By JOSH NEWMAN
Special to ZAGSBLOG
NEW YORK – Still just 22 years old, it has taken Indiana Pacers guard Lance Stephenson a little while to get acclimated to the NBA, but this, his third year in the league has been a bit of a revelation. The former Lincoln High School star, born and bred in the Coney Island section of Brooklyn, has matured to the point where his head coach has certainly taken notice.
“I just talked to him about his family, he’s got his mind in the right place,” New Jersey native Frank Vogel said Sunday before Stephenson scored 11 points to go along with 13 rebounds as the Pacers beat the Knicks, 102-95, in Game 1 of their best-of-seven Eastern Conference Semifinals series. “He told everybody ‘no’ for tickets so it wouldn’t be a distraction.”
“It’s just something about these lights, something about this atmosphere,” said Stephenson, who won four PSAL championships at Madison Square Garden as a Railsplitter. “It’s always been a special place to me and a place I always look forward to playing.”
Stephenson noted postgame that he did actually purchase five tickets for his family, but something as simple as limiting the distractions in his home city is an example of maturity and a nice complement to what Stephenson he has done on the floor this season and in these playoffs.
“Tickets are very expensive and I’m not trying to waste my money,” he said, according to the New York Post.
Stephenson moved into the starting lineup this season following knee problems that cost Danny Granger all but five games this season. A career-year during the regular season ensued as he averaged of 8.8 points, 3.9 rebounds and 2.9 rebounds in 78 games. In a 4-2 win over the Atlanta Hawks in the first round, Stephenson averaged 7.8 points, 8.0 rebounds and 4.3 assists over the six games.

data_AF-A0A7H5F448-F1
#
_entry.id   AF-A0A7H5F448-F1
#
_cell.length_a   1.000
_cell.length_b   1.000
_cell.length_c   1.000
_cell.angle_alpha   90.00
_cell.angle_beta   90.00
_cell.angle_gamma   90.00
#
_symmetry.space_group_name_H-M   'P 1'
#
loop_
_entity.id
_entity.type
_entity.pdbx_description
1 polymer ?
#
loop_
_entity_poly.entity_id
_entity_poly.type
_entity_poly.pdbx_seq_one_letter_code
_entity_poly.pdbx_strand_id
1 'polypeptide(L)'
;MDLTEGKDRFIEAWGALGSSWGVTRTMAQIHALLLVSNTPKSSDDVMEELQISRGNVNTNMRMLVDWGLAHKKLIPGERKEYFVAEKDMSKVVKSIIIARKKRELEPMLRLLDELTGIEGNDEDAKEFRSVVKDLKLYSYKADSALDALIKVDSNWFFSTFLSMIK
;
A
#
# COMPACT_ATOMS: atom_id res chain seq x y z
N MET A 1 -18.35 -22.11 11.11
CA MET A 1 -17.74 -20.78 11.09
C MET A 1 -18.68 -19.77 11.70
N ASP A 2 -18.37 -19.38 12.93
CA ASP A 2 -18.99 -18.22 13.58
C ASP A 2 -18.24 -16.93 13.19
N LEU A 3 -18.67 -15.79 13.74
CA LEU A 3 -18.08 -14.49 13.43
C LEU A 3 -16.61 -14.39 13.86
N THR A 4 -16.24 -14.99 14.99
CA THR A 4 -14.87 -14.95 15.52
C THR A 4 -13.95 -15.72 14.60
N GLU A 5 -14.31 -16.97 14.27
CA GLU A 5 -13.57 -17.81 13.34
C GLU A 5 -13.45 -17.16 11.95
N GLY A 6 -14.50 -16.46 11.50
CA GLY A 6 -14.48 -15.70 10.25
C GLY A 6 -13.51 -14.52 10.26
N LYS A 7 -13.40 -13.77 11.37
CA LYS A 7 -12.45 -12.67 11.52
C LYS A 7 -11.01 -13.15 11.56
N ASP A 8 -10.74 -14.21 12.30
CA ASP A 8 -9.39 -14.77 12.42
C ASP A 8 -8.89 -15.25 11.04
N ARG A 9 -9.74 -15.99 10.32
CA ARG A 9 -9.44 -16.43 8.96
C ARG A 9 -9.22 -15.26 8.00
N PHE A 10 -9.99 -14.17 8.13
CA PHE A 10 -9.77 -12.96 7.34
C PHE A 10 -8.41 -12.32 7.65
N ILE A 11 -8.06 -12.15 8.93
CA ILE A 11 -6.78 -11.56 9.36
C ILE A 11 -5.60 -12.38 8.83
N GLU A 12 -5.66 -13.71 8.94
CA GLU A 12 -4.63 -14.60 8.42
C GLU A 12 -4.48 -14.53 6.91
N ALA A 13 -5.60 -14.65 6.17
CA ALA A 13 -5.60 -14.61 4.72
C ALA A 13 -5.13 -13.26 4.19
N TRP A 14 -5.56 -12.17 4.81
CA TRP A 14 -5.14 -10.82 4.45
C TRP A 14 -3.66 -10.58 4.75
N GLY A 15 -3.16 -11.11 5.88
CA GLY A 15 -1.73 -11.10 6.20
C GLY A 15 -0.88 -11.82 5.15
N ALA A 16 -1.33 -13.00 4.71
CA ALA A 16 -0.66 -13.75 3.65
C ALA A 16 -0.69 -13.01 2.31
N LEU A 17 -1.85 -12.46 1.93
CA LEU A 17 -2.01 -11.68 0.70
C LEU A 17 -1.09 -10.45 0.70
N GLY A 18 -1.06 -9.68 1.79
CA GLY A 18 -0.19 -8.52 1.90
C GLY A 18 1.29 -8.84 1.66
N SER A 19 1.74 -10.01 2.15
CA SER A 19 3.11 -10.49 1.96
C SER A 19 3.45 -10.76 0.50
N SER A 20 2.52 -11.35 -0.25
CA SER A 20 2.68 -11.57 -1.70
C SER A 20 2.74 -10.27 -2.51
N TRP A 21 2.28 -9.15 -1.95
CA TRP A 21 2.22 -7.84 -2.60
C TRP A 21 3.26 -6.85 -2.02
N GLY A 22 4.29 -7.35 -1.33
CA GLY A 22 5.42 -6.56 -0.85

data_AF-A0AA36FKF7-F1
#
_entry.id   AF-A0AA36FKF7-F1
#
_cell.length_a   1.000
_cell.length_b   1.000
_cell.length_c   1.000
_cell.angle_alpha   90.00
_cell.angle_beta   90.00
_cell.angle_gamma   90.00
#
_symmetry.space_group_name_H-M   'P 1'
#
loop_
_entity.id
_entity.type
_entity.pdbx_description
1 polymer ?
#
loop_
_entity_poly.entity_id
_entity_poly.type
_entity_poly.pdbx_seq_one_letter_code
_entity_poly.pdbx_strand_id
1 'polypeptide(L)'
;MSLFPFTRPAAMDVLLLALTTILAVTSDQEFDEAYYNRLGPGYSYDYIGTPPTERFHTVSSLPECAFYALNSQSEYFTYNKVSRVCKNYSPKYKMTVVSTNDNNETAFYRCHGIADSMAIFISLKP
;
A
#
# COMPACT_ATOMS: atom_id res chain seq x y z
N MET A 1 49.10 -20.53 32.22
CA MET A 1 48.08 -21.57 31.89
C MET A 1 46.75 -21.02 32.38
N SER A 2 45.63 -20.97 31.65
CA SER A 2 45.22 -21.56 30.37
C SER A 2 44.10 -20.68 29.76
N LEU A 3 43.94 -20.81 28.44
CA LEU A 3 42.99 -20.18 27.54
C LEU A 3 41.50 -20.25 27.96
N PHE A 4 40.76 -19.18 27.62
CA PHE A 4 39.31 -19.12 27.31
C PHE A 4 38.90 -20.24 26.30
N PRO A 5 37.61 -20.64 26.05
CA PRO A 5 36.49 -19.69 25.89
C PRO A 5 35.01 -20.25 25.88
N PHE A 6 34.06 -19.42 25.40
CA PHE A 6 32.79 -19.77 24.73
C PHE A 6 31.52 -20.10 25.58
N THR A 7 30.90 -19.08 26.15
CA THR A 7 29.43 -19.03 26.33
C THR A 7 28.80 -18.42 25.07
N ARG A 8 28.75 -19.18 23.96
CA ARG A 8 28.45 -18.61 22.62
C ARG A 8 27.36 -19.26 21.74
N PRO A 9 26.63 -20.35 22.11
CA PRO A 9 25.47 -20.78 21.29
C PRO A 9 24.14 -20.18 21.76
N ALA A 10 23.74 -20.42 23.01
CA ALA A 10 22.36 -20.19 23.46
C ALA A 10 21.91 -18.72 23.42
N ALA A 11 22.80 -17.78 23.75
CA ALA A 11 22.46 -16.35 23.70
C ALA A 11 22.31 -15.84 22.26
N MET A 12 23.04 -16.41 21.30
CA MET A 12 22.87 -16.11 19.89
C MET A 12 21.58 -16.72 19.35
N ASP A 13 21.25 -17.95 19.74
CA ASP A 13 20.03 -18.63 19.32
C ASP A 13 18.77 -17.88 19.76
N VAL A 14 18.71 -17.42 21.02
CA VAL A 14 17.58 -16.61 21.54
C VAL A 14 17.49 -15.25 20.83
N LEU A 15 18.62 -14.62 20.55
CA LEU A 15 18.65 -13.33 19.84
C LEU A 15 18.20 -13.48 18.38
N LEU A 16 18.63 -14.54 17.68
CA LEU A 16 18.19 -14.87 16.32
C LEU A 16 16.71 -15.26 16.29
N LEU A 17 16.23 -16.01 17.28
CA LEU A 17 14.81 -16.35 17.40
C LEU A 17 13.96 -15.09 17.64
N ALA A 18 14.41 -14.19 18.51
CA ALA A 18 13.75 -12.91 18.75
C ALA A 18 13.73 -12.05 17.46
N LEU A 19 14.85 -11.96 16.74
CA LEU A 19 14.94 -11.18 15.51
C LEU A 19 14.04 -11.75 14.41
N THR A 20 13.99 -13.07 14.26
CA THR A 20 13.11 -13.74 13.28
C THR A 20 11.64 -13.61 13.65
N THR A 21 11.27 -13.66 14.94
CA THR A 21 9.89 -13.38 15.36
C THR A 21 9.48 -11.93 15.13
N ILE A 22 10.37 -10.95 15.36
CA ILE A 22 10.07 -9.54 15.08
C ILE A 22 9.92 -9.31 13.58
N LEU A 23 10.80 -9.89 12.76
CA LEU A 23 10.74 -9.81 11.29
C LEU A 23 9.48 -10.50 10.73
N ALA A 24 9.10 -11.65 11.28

“Lance, the past three games, has been one of our best players,” teammate Paul George said. “When he is playing at that level we are a tough team. We feed off his energy anytime he plays at that level.”
The fact that Stephenson has steadily morphed into more of an all-around threat on the offensive end was on display as he scored only eight points, but grabbed 11 rebounds and dished out six assists in an 81-73 win.
The Pacers were patient when they took Stephenson with the 40th overall pick in the 2010 NBA Draft after he spent one season at the University of Cincinnati, where he took home Big East Rookie of the Year honors. A star since he was 12 years old, Stephenson wasn’t the focal point for the first time upon his arrival in the Heartland.
New York State’s all-time time leading high school scorer at 2,946 points and the only player to win four consecutive PSAL championships, Stephenson reciprocated the organization’s patience. He has worked hard, kept his mouth closed, showed a willingness to learn and the results are continuing to be produced as the NBA season heads into mid-May.
“When I was in high school, I would just go, I would just try to bully everyone,” Stephenson said. “You realize it’s much different once you get to the NBA. Everyone is on your level or better than you and you really have to think and re-tool and find ways to help the team.”
“He’s one of the best open-court pushers in the NBA,” Vogel added on Sunday. “He’s like a freight train with the size of his body and ability and his speed to make plays.”
Stephenson is part of a young team that counts David West as the only player north of 30 at the age of 32. Paul George made his first All-Star Game this season at the age of 22, 26-year-old George Hill had a career-year and 26-year-old All-Star Center Roy Hibbert remains a double-double threat, not to mention remarkably healthy for a player that stands 7-foot-2.
George, Hill and Hibbert are all signed through at least the 2014-15 season, while the 30-year-old Granger is signed through next season. Having finished 49-32 and second in the Central Division this season, the Pacers’ future is bright and Stephenson is at the forefront.
Making just over $915,000 this season, Stephenson has a team option worth just shy of $1 million that the Pacers have yet to pick up.
“I really like him, he’s been good with me as a player off the court and on the court,” Pacers President of Basketball Operations Donnie Walsh said recently. “He works hard, he’s got a big upside. He still hasn’t reached a lot of the potential he has, but he’s helped us because he does some things that we really need done and he’s the only guy that can do it.”